What To Do If Your Self-Tanner Just Won't Work On Your Legs

Everyone loves a good winter glow. Whether its the sparkle of Christmas lights or an impeccable self-tan, winter is the perfect time to add a little radiance to your life. Winter is a particularly great time to apply self-tanner, as it gives your skin a summer glow it can't naturally get during the season. While it seems more natural to self-tan in summer, it can be even more necessary to continue it in the cold months if you want to prolong a sun-kissed look.

Although self-tanner is a great help when there's no sun, it can be a little challenging to apply. When your self-tanner just doesn't work, it can be a struggle to fix it later on. When you need a nice, even tan, there's nothing worse than looking down and seeing your legs are still their normal shade. Unfortunately for self-tan lovers, it's almost a given you will get a bad tan at some point, and legs happen to be one of the common problem areas. The founder of Cocoa Brown Marissa Carter tells Byrdie, "It's really common to find that your legs below the knees are often left paler than the rest of your body after washing off your guide tan." Thankfully, there are various ways you can prevent giving yourself a faulty tan.

Why your self-tanner won't stick

Before you can fix a tan that didn't work, it's important to know why it fell flat the first time. According to beauty spa Island Glow, the most likely culprit is that you might be doing your pre self-tan routine incorrectly. If you usually wax or shave your legs, this might be the reason why your self-tan is not sticking to your legs. When you shave or wax, you are opening the pores on your legs, which creates an uneven base for your tan and may even trap the product inside your pores when they close. The website explains that hot showers or baths before tanning can also open pores, to the same effect.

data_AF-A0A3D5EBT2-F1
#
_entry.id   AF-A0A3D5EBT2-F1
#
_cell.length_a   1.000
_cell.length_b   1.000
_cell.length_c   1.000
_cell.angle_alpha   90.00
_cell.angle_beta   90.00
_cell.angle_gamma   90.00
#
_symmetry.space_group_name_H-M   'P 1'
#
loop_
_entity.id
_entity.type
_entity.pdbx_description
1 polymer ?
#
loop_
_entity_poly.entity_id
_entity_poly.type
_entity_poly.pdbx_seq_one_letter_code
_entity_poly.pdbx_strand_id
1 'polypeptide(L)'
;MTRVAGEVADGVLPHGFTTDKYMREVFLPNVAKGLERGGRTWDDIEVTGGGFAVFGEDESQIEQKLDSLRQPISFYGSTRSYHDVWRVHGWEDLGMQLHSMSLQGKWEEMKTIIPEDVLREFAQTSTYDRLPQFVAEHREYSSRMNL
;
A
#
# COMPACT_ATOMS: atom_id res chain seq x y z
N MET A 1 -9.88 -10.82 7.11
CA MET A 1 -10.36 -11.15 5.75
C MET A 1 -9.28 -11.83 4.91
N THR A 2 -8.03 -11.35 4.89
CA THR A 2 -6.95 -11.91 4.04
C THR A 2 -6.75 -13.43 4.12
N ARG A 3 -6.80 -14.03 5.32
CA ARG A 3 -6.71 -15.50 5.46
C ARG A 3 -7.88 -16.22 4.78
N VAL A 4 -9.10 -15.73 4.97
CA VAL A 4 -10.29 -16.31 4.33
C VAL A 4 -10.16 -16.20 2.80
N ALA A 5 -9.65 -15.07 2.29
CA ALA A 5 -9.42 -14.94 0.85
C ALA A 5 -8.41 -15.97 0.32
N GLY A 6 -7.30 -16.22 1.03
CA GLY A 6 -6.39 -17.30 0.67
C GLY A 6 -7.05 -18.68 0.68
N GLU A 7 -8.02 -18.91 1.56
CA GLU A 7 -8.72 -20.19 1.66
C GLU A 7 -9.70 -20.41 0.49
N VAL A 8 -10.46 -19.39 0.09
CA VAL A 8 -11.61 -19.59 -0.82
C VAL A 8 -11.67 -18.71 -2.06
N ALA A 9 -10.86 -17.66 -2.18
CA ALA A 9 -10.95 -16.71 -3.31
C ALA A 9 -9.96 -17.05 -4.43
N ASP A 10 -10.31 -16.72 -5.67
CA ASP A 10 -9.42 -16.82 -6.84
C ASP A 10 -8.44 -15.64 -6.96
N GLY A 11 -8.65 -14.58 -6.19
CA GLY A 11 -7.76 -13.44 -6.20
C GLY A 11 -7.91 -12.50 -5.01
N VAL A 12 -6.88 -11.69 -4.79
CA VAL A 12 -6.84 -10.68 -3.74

Custom Tan explains that there are various other reasons why you may still left with pale legs after a self-tan. Since your shin area has the thinnest skin, it is more likely that the tan will not properly stick here. This area is tricky for self-tan as it will usually be the first to shed skin, which will lead to your self-tan rubbing off. 

Even if you can't do much about the skin on your shins, there are ways you can ensure you are doing everything you can for an even and spotless glow.

How to fix your self-tan

Self-tanning should be a seamless process that leads to sun-kissed skin year round. Thankfully, there are a few ways you can fix patchy spray tans and ensure you have an even glow. St. Tropez recommends buffing away excess tan and going over a patchy tan with an exfoliator. All you need to do is scrub the patchy areas until the pigment is no longer there. If you feel it would be easier, simply fill in the lighter areas with another coat of self-tan.

On the other hand, Be Bronze Studio explains that there are plenty of home remedies you can use to get rid of a bad self-tan on your legs. Use a combination of baking soda and lemon juice to make a natural paste that will exfoliate patchy areas. This trick comes in handy if you find yourself needing to remove patches. As well, hair removal cream is another product you can easily use to remove a faulty self-tan. Simply smear the hair removal cream over the affected areas and follow the product's instructions.

To prevent your tan from going patchy or rubbing off your legs in the first place, Island Glow recommends showering in cold or lukewarm water and avoiding clothes that are too tight on your skin.